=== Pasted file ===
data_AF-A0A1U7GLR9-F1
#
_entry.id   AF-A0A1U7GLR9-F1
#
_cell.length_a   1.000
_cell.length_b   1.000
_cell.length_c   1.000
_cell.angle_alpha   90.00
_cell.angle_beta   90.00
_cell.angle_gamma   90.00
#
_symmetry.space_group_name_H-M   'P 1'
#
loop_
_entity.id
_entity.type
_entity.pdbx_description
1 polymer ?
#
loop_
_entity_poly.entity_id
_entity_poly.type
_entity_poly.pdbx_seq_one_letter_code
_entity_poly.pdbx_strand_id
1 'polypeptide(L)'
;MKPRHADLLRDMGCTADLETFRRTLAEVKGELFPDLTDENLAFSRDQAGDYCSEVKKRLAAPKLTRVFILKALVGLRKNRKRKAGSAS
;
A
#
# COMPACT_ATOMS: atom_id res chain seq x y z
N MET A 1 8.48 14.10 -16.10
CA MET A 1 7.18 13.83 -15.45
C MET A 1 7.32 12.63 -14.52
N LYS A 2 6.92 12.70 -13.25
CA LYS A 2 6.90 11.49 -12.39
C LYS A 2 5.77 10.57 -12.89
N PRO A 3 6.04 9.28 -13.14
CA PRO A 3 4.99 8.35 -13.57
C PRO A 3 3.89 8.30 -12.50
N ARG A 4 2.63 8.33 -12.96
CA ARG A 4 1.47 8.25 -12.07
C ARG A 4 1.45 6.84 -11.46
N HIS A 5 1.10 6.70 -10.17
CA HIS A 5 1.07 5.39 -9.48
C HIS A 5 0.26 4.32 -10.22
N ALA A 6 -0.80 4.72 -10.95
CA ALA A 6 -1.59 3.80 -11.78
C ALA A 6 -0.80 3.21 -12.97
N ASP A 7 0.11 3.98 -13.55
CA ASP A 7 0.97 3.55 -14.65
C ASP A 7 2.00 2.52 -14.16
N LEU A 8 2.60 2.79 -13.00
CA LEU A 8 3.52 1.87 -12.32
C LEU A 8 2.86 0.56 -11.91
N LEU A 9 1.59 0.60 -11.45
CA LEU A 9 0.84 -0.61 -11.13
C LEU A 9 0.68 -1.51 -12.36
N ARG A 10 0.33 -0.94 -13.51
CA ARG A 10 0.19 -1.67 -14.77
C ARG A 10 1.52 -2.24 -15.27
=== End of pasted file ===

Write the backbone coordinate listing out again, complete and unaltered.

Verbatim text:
data_AF-A0A1U7GLR9-F1
#
_entry.id   AF-A0A1U7GLR9-F1
#
_cell.length_a   1.000
_cell.length_b   1.000
_cell.length_c   1.000
_cell.angle_alpha   90.00
_cell.angle_beta   90.00
_cell.angle_gamma   90.00
#
_symmetry.space_group_name_H-M   'P 1'
#
loop_
_entity.id
_entity.type
_entity.pdbx_description
1 polymer ?
#
loop_
_entity_poly.entity_id
_entity_poly.type
_entity_poly.pdbx_seq_one_letter_code
_entity_poly.pdbx_strand_id
1 'polypeptide(L)'
;MKPRHADLLRDMGCTADLETFRRTLAEVKGELFPDLTDENLAFSRDQAGDYCSEVKKRLAAPKLTRVFILKALVGLRKNRKRKAGSAS
;
A
#
# COMPACT_ATOMS: atom_id res chain seq x y z
N MET A 1 8.48 14.10 -16.10
CA MET A 1 7.18 13.83 -15.45
C MET A 1 7.32 12.63 -14.52
N LYS A 2 6.92 12.70 -13.25
CA LYS A 2 6.90 11.49 -12.39
C LYS A 2 5.77 10.57 -12.89
N PRO A 3 6.04 9.28 -13.14
CA PRO A 3 4.99 8.35 -13.57
C PRO A 3 3.89 8.30 -12.50
N ARG A 4 2.63 8.33 -12.96
CA ARG A 4 1.47 8.25 -12.07
C ARG A 4 1.45 6.84 -11.46
N HIS A 5 1.10 6.70 -10.17
CA HIS A 5 1.07 5.39 -9.48
C HIS A 5 0.26 4.32 -10.22
N ALA A 6 -0.80 4.72 -10.95
CA ALA A 6 -1.59 3.80 -11.78
C ALA A 6 -0.80 3.21 -12.97
N ASP A 7 0.11 3.98 -13.55
CA ASP A 7 0.97 3.55 -14.65
C ASP A 7 2.00 2.52 -14.16
N LEU A 8 2.60 2.79 -13.00
CA LEU A 8 3.52 1.87 -12.32
C LEU A 8 2.86 0.56 -11.91
N LEU A 9 1.59 0.60 -11.45
CA LEU A 9 0.84 -0.61 -11.13
C LEU A 9 0.68 -1.51 -12.36
N ARG A 10 0.33 -0.94 -13.51
CA ARG A 10 0.19 -1.67 -14.77
C ARG A 10 1.52 -2.24 -15.27